Flow Sensor

Flow sensor

Determine flow velocity in your sample

The flow velocity microsensor allows you to monitor e.g. muscle tissue flow and pO2 or flow in porous sediments. The novel principle of the flow sensor is based on diffusion of an inert trace gas out of the sensor tip and into the surrounding sample, which the microsensor is inserted in. Flow velocity is now measured by registering the concentration of tracer gas around the microsensor tip. The flow velocity microsensor is constructed with two inner parts, one for emitting the tracer gas and one for detecting the concentration of tracer gas at the microsensor tip. 

The sensor typically has an outer tip diameter of 50 µm and a 90% response time of 3 to 60 seconds depending on flow velocity. Sensors can be tailored to be sensitive to either very low (down to 5 microns/sec) or higher velocities (above 10 cm/s). The flow microsensor must be used together with a high-quality picoammeter e.g. Microsensor Multimeter

The principle of this flow sensor (or more accurately, flow velocity sensor) holds some advantages over existing methods:

  • it does not introduce thermal turbulence (as hot beads/films do)
  • it can detect very low velocity changes (few microns/second)
  • it can measure in places where visual methods are not working
  • it can be introduced into very small cavities
Flow theory

Precautions to be taken when using the flow velocity sensor:
 
The signal is very sensitive to particles adhering to the tip. Even small dust grains attached to the tip will create a significant signal increase due to the associated stagnant water. For this reason it is recommended that a fine brush is implemented into the measuring setup, so the sensor tip can be cleaned at regular intervals.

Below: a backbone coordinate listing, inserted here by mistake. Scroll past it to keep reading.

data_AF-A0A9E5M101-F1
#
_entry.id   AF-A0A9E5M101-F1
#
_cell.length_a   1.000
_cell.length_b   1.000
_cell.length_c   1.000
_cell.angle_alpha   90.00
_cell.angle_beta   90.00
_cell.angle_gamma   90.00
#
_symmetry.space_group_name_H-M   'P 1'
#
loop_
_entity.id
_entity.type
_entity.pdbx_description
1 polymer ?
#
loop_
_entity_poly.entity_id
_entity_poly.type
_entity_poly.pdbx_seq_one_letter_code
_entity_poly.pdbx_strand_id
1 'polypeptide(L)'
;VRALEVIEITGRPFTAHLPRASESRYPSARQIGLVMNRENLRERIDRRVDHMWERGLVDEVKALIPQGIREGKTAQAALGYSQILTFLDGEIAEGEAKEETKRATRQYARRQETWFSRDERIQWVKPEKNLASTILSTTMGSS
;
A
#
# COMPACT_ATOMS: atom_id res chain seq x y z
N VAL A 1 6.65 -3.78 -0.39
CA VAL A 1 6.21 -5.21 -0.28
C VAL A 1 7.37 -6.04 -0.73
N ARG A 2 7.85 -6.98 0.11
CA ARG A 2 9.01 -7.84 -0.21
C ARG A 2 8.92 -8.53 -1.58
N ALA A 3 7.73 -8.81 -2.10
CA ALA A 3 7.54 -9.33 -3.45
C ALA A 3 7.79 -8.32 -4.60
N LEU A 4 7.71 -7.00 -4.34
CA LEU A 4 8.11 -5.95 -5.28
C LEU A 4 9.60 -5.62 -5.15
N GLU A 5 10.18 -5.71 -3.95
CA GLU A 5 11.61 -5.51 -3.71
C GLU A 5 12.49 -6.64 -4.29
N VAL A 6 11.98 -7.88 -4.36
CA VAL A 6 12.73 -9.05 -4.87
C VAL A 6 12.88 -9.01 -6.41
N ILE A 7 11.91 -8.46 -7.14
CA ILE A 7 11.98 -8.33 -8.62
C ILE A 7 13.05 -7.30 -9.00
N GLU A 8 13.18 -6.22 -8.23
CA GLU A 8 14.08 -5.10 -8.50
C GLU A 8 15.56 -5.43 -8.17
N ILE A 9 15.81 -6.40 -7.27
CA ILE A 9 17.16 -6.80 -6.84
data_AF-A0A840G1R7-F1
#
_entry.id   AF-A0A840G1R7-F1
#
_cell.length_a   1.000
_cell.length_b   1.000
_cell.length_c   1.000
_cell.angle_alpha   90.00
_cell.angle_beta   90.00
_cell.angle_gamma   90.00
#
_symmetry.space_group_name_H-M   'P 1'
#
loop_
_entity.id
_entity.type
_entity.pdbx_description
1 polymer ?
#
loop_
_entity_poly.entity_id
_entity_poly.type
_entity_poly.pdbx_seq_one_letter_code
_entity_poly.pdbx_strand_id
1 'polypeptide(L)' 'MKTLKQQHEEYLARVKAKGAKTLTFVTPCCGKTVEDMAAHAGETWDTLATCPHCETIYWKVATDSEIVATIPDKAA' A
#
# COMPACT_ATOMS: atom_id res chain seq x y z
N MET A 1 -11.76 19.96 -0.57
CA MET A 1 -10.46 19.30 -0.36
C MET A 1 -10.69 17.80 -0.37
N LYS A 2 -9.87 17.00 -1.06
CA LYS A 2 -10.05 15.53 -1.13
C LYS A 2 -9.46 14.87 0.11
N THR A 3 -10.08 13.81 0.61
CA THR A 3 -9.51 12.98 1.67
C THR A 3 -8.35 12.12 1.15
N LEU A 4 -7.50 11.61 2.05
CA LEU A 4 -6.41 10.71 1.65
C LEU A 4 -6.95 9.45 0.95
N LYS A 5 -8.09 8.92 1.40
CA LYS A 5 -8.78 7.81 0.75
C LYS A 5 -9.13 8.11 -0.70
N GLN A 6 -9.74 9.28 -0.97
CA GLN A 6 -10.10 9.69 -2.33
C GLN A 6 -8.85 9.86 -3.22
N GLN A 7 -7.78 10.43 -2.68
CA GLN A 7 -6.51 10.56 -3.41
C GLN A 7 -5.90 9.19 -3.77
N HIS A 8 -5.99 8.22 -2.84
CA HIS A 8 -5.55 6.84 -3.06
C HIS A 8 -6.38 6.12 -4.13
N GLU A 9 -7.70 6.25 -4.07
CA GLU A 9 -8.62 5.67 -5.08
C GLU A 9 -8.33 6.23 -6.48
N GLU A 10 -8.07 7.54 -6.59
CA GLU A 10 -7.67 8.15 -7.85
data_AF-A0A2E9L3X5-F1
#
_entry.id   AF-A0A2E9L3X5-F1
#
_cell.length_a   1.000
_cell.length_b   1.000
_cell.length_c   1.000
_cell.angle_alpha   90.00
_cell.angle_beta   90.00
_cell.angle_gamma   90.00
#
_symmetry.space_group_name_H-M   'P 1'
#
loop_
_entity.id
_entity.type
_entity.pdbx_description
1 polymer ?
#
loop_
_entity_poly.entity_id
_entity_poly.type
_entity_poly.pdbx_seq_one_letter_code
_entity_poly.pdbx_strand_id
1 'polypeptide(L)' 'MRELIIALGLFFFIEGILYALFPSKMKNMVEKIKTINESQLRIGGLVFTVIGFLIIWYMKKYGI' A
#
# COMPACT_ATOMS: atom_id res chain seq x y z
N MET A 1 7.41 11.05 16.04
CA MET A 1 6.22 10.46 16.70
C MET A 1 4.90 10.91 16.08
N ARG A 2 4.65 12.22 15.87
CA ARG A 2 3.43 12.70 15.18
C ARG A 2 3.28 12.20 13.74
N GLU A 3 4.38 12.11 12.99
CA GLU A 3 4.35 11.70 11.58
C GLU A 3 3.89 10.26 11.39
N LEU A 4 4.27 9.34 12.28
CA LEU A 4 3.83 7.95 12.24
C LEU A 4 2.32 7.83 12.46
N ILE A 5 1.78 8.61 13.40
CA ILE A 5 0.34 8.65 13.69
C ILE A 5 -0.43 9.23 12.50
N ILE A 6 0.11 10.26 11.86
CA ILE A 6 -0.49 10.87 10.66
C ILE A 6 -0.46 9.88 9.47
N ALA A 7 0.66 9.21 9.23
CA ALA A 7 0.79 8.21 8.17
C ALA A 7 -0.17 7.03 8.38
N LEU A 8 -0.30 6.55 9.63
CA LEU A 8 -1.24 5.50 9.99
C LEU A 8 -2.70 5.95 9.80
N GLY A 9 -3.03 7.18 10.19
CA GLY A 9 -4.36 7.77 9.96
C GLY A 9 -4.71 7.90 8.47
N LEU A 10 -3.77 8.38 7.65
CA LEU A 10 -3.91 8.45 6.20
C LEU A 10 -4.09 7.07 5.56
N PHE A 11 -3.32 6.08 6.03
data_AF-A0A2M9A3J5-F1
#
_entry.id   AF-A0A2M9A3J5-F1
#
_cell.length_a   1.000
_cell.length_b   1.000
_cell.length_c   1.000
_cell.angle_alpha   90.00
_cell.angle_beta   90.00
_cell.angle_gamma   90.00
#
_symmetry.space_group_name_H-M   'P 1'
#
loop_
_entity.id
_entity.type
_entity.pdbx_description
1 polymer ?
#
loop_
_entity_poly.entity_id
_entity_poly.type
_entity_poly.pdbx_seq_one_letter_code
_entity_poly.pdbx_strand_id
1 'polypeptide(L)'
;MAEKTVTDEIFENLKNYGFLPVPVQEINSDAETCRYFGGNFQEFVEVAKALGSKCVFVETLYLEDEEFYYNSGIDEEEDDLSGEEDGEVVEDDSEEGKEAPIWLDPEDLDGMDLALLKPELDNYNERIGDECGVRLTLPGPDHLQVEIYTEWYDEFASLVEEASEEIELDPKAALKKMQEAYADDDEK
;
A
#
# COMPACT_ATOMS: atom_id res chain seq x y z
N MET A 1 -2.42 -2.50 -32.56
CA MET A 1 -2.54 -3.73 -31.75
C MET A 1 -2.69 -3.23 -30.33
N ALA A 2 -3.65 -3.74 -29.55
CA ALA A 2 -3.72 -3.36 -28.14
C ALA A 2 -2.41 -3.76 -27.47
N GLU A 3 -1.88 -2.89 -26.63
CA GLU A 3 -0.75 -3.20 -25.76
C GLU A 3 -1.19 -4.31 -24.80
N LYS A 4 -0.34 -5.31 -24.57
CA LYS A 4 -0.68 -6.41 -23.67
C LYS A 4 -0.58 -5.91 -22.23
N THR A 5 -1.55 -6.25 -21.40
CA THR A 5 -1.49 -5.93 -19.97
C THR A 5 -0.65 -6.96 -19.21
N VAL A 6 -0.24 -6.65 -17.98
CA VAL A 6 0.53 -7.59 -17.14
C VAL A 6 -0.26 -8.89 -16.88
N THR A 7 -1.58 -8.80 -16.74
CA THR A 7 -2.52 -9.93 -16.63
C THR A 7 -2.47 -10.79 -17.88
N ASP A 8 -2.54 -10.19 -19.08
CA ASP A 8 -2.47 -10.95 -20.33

The flow sensors are always somewhat directionally sensitive. This is because it is impossible to build the sensor completely symmetrically. Thus, you either need to know the direction of flow in your system and calibrate in the same direction, or you operate with substantial uncertainties, especially at high velocities.
 
You need a dedicated calibration setup preferable consisting of a system with stagnant water, which can be moved at well-defined speeds. Contact Unisense about details and support on this issue.
 
A source of hydrogen gas must be available for a continuous flushing of the tracer reservoir (gas consumption approx. 5 ml/minute). Alternatively, the sensors can be made with a refillable but closed reservoir for measurements where a source of hydrogen gas is not available. However, the signal will decrease at a rate of typically 10%/day due to inevitable leakage, necessitating re-calibration at regular intervals.
 
Like all other sensors, the flow sensor is temperature sensitive.

Ordering Information

Standard Glass Sensor Outside tip diameter
FS-20 20-50 µm



Related products

Microsensor Multimeter

Brand,A. et al (2007), Microsensor for in situ flow measurements in benthic boundary layers at submillimeter resolution with extremely slow flow, Limnology and Oceanography-Methods, 185 - 191, vol. 5 Read abstract

Christensen,B.O. et al (2006), Quantitative evaluation of a novel sensor for measuring muscular tissue flow and gases, Scandinavian Cardiovascular Journal, 374 - 379, vol. 40 Read abstract

Nakano,S. et al (2006), Vertical profiles of current velocity and dissolved oxygen saturation in biofilms on artificial and natural substrates, Limnology, 213 - 218, vol. 7 Read abstract

Røy,H. et al (2004), Transmission of oxygen concentration fluctuations through the diffusive boundary layer overlying aquatic sediments, Limnology and Oceanography, 686 - 692, vol. 49 Read abstract

See all publications